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G20 Euro-solution: Growth over austerity

business Updated: Jun 20, 2012 08:52 IST
Pramit Pal Chaudhuri

A Eurozone solution and an economic growth commitment emerged from the end of the Group of 20 summit in Mexico. Prime Minister Manmohan Singh in a statement said “there was general agreement that policy in all countries must shift to strengthening growth.”

The summit sought to send a reassuring message to markets nervous about the Eurozone financial crisis. It outlined measures that Germany, France, Spain and Italy had committed to in Mexico including “common and enforceable” fiscal rules and unified banking supervision.

In fact, the G20 statement was the first official document to specify what the European Union’s much touted “banking union”would actually mean, something that the market had been demanding for some time.

India has come out of the summit with a “clear understanding” that the Eurozone crisis is “solvable,” said Indian officials. The Eurozone states’ commitment means a “solution is in sight.”

R. Gopalan, secretary for department of economic affairs and India’s chief negotiator, said the Eurozone promises as the “most valuable thing we have got out of the summit.” Singh, though, admiteed that this would “necessarily be a gradual process.”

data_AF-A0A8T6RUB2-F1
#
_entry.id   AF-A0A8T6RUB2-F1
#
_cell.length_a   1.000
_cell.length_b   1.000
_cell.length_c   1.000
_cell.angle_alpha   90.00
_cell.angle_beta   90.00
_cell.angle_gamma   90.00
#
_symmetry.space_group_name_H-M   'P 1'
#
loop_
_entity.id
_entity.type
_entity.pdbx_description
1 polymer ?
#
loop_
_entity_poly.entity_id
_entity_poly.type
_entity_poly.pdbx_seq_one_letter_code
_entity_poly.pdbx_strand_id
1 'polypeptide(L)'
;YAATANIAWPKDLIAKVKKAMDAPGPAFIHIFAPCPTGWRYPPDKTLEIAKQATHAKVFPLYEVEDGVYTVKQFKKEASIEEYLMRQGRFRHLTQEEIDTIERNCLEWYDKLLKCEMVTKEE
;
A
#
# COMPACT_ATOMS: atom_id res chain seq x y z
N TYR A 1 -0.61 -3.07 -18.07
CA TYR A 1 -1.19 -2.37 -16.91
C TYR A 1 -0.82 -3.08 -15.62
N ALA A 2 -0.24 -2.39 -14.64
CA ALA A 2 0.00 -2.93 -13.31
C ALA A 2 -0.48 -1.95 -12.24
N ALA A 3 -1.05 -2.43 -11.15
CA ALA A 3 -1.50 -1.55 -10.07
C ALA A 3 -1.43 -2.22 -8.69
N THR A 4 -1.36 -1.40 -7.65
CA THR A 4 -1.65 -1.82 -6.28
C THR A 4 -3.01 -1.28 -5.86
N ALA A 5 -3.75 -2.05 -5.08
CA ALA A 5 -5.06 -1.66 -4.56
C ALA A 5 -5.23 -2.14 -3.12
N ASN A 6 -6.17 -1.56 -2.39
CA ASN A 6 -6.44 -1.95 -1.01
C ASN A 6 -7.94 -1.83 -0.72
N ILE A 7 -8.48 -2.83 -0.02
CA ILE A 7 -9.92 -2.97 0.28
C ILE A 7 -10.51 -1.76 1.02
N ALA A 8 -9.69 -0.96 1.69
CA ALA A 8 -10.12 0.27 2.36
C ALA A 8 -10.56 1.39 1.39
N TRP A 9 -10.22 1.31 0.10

The G20 solved the austerity versus growth debate by agreeing that “surplus countries” should increase demand at home. In other words, the Germanys and Chinas of the world should increase their domestic spending – with the expectation that overall increase in demand increase would help stabilize the global economy and help debtors like Spain and Italy.

India was pleased at the G-20’s endorsement of the International Monetary Fund’s quota reform, which would give emerging countries greater voting shares. “Summit leaders have shown a commitment to take this further and with some urgency,” said Gopalan.

Knowing this would come under some criticism at home, Singh felt it necessary to defend India’s decision to pledge an additional $10 billion to the IMF saying “that as a responsible player in the global community, we must play our part.”

There was recognition of the unprecedented commitment of the emerging economies, represented in the BRICS, to $75 billion to the International Monetary Fund’s firewall against a Eurozone crisis.

A Los Cabos Action Plan was also outlined by the summit leaders.

The G20 finance ministers are set to meet again in Mexico City in November.